6
$\begingroup$

I am working on a project where I have to design a runway for large cargo planes and I need to know what kind of planes I should assume would land there.

$\endgroup$
  • $\begingroup$ It depends on a lot of factors, such as the number of packages to be transported, available runway length, local climate, political connection with other countries, etc. $\endgroup$ – kevin Jul 20 '17 at 14:24
  • $\begingroup$ Thank you for your answer Kevin, however i just need to know what cargo planes are most commonly used today. $\endgroup$ – Andrew Jul 20 '17 at 14:32
  • 2
    $\begingroup$ If you plan around the latest variant of the 747, everything else in use will pretty well be taken care of. UPS flies 747s, FedEx flies the MD-11, which is similar. And both fly other, smaller jets as well. $\endgroup$ – Ralph J Jul 20 '17 at 14:40
  • $\begingroup$ Are you asking for statistics to support one type or another? That might be hard to offer. It would be easier to give prominent examples. In my experience, I see the A300, B757, B767, and B747 in frequent use. For example, UPS operates 75 B757s, 59 B767s, 52 A300s, etc. FedEx operates 119 B757s, 68 A300s, 59 MD-11s, etc. Atlas operates 45 B747s, etc. ABX operates 37 B767s. $\endgroup$ – J Walters Jul 20 '17 at 17:02
  • $\begingroup$ @andrew please specify if you mean civilian or military cargo planes. $\endgroup$ – Devil07 Jul 20 '17 at 21:02
9
$\begingroup$

Size doesn't matter.*

If you are designing a runway, then you should get familiar with ACN and PCN.

The aircraft classification number (ACN) is a number expressing the relative effect of an aircraft on the runway pavement for a specified standard subgrade category.

* There can be the largest aircraft out there, but it may have a lot of tires, so the force it will exert [per tire] on the pavement might be lower than that of a smaller plane (e.g., A380 and MD-11).

From the linked Wikipedia article, the MD-11 stands out as the harshest on pavements (after discounting non-freighter aircraft).

enter image description here


Runway length, and wingspan

In most cases, aircraft are loaded according to the available length, not the other way around. Not all airports that handle 747s have 11,000-foot [corrected length] runways.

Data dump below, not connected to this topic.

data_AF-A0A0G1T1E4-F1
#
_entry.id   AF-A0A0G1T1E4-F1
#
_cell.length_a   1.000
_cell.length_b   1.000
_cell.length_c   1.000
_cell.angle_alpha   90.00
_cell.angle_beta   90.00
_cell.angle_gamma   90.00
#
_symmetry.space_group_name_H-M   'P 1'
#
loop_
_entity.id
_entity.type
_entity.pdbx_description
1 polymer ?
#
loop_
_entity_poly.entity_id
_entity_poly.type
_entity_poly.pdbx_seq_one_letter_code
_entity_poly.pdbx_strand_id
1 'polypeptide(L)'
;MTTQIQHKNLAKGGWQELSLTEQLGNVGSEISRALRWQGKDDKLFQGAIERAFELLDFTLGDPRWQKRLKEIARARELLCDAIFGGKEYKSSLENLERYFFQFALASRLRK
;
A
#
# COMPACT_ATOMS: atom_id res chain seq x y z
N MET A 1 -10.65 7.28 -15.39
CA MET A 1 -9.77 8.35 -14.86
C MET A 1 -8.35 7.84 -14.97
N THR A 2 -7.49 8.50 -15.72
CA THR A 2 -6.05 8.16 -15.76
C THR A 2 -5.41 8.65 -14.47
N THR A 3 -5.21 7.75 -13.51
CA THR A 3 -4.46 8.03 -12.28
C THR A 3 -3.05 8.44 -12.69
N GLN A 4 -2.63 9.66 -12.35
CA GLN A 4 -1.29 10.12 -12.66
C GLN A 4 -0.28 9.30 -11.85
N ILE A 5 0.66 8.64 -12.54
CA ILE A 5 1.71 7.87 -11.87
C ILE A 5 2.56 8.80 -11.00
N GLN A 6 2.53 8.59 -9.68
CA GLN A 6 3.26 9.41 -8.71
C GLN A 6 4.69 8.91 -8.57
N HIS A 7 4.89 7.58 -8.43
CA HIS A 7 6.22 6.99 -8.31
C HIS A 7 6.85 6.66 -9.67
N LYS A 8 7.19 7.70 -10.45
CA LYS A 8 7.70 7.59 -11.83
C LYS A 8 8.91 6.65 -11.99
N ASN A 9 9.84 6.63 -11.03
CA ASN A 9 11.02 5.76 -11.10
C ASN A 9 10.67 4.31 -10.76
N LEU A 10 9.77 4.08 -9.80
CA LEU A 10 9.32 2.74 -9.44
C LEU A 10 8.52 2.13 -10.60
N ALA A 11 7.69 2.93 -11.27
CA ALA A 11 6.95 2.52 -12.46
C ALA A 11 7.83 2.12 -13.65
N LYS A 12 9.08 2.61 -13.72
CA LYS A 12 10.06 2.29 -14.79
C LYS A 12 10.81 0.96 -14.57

For the wingspan (or main gear span), the categories are defined by ICAO Aerodrome Reference Code.

Element 2 of the Code is derived from the most restrictive of either the aircraft wingspan or the aircraft outer main gear wheel span.

enter image description here

$\endgroup$
  • 1
    $\begingroup$ I beg to differ - side does matter. It takes more runway to get a 747 off the ground than, say a 707. (Not that there are many 707s hauling cargo these days...) An AN-225 may be able to take off from a gravel strip, but it's going to be a long one... Yes the ACN is an important factor, but runway length and width are as important and don't seem to be listed in the chart you showed a snippet of. (Also, making it clear where the image came from would be good.) $\endgroup$ – FreeMan Jul 21 '17 at 17:06
  • 2
    $\begingroup$ My bad, I missed that part of the sentence. Updates look good! $\endgroup$ – FreeMan Jul 21 '17 at 18:11
  • $\begingroup$ So what do they do for aircraft with an 80-meter-or-more wingspan and/or a 16-meter-or-more outermaingearwheelspan? $\endgroup$ – Sean May 8 at 3:11
  • $\begingroup$ @Sean: When/if such a civil plane with the purpose of international travel is made, then maybe they'll add G – note that the F code is recent ;) $\endgroup$ – ymb1 May 8 at 11:00
8
$\begingroup$

The C5 Galaxy is a large pure cargo plane, with the nose able to swing wide open.

enter image description here
Image source

The Ukranians make larger cargo planes than the C-5, nicknamed the vodka burners here in Australia. Slighty larger than the C-5 is the Antonov AN124.

enter image description here
Image source

And the largest of them all, the B747 freighter and the Antonov AN225.

enter image description here
Image source

enter image description here
Image source

The pure cargo planes have swing noses which allows for sticking big chunks of cargo straight in. We had a look at air freighting a simulator some time ago, and a regular freighter 747 could not do it, too bulky for the side loading set-up. Only the swing nose guys could manage, requiring airport facilities that could handle oversize freight.

A comparison between sizes of 747 and An225 is found on Wikipedia:

enter image description here
Image source

$\endgroup$
  • $\begingroup$ I thought all C-5s were retired? But then again I've also heard of plans to return some of them to service... $\endgroup$ – jwenting Jul 21 '17 at 6:54
  • 1
    $\begingroup$ Yeah they're C-5M Super Galaxy's now. $\endgroup$ – Koyovis Jul 21 '17 at 7:20
  • 3
    $\begingroup$ On the C-5, the cockpit doesn't swing open; it stays put. It's the nose of the C-5 swings open. $\endgroup$ – Ralph J Jul 21 '17 at 13:31
  • 2
    $\begingroup$ A bit of a Duh error, have rectified. $\endgroup$ – Koyovis Jul 21 '17 at 23:25
  • $\begingroup$ C-5 in picture: NOM $\endgroup$ – Sean May 8 at 3:09

Your Answer

By clicking “Post Your Answer”, you agree to our terms of service, privacy policy and cookie policy

Not the answer you're looking for? Browse other questions tagged or ask your own question.